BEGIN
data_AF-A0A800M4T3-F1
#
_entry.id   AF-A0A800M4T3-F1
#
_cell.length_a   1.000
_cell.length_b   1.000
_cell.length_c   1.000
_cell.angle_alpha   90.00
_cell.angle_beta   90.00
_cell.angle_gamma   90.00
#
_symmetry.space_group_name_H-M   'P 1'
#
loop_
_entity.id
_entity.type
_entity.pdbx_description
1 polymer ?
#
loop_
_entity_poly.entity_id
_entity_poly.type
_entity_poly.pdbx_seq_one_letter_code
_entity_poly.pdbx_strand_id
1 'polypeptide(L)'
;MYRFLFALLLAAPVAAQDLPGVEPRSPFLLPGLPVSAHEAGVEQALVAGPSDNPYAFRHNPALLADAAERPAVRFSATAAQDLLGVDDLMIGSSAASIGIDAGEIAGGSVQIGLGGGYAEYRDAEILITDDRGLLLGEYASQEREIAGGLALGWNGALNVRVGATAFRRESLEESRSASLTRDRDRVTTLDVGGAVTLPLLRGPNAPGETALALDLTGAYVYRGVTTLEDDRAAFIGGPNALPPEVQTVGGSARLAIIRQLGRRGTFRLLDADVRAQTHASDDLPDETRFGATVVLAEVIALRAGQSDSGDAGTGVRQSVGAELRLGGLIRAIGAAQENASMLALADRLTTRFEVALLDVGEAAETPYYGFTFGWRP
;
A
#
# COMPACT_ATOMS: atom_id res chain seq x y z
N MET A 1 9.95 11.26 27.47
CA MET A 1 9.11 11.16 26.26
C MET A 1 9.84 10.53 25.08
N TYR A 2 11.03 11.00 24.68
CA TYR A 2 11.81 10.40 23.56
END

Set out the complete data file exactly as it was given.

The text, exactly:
data_AF-A0A800M4T3-F1
#
_entry.id   AF-A0A800M4T3-F1
#
_cell.length_a   1.000
_cell.length_b   1.000
_cell.length_c   1.000
_cell.angle_alpha   90.00
_cell.angle_beta   90.00
_cell.angle_gamma   90.00
#
_symmetry.space_group_name_H-M   'P 1'
#
loop_
_entity.id
_entity.type
_entity.pdbx_description
1 polymer ?
#
loop_
_entity_poly.entity_id
_entity_poly.type
_entity_poly.pdbx_seq_one_letter_code
_entity_poly.pdbx_strand_id
1 'polypeptide(L)'
;MYRFLFALLLAAPVAAQDLPGVEPRSPFLLPGLPVSAHEAGVEQALVAGPSDNPYAFRHNPALLADAAERPAVRFSATAAQDLLGVDDLMIGSSAASIGIDAGEIAGGSVQIGLGGGYAEYRDAEILITDDRGLLLGEYASQEREIAGGLALGWNGALNVRVGATAFRRESLEESRSASLTRDRDRVTTLDVGGAVTLPLLRGPNAPGETALALDLTGAYVYRGVTTLEDDRAAFIGGPNALPPEVQTVGGSARLAIIRQLGRRGTFRLLDADVRAQTHASDDLPDETRFGATVVLAEVIALRAGQSDSGDAGTGVRQSVGAELRLGGLIRAIGAAQENASMLALADRLTTRFEVALLDVGEAAETPYYGFTFGWRP
;
A
#
# COMPACT_ATOMS: atom_id res chain seq x y z
N MET A 1 9.95 11.26 27.47
CA MET A 1 9.11 11.16 26.26
C MET A 1 9.84 10.53 25.08
N TYR A 2 11.03 11.00 24.68
CA TYR A 2 11.81 10.40 23.56